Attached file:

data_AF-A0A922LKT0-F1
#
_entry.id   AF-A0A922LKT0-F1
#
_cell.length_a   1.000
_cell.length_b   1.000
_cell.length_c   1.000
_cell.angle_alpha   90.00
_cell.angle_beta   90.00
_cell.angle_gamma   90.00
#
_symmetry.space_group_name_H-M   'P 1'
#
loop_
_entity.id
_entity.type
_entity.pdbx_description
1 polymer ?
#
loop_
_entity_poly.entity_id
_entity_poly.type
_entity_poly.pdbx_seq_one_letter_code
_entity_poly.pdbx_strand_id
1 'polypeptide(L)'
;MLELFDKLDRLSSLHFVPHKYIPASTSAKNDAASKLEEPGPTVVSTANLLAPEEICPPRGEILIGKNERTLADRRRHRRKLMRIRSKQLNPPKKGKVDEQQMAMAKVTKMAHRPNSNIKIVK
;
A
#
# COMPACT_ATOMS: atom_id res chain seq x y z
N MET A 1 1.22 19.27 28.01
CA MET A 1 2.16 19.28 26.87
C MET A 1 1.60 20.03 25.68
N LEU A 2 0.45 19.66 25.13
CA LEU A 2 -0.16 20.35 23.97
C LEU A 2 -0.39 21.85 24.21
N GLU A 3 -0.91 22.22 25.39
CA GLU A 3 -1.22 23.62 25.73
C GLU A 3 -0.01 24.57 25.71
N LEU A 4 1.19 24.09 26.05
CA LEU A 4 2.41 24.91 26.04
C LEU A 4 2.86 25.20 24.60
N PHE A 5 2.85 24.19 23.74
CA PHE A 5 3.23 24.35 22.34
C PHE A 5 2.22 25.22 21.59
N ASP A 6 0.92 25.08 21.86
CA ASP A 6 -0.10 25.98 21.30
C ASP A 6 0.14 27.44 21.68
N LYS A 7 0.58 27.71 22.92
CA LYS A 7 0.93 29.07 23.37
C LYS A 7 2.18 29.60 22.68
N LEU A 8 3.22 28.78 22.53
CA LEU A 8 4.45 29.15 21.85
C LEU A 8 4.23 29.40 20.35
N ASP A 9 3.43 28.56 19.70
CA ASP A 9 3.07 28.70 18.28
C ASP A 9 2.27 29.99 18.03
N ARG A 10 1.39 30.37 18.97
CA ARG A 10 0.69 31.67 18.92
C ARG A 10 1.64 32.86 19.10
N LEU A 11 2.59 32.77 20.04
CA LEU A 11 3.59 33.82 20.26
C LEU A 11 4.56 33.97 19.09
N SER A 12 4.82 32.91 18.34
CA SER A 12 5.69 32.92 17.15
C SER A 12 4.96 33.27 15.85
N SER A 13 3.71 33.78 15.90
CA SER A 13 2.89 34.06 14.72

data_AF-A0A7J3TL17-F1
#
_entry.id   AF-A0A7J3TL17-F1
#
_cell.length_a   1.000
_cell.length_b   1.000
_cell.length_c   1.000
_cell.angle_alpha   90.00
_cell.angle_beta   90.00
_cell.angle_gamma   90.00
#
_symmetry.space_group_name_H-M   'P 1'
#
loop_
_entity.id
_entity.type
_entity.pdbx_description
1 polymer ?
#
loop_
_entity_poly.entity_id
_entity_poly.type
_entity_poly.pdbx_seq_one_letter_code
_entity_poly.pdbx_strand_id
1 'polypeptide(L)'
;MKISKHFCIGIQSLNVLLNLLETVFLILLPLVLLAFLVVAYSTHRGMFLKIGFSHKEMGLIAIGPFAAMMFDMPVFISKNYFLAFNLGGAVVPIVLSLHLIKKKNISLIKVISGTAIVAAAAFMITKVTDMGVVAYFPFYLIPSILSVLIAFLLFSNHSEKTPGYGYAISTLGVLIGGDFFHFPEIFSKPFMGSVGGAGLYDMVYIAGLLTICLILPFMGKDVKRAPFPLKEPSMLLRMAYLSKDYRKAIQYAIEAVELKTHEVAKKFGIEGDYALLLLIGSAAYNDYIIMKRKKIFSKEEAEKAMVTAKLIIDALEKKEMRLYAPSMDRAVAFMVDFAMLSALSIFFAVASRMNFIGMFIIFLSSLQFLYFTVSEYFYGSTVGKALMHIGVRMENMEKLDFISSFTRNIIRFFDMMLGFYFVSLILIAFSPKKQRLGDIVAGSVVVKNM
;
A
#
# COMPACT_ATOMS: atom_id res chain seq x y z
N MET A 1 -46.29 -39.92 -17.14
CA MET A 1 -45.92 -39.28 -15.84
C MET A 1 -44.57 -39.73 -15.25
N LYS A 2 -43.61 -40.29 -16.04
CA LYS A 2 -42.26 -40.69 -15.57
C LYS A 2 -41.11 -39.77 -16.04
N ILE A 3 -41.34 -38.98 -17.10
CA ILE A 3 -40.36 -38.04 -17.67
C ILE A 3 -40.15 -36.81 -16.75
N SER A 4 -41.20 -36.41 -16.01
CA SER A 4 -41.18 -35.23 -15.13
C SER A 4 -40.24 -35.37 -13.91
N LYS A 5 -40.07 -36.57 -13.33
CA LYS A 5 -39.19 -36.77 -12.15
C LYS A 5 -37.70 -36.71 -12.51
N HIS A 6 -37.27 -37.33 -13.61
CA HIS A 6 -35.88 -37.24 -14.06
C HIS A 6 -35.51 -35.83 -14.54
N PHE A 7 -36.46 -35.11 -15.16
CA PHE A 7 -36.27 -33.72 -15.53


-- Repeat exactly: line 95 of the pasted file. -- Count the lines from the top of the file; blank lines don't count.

;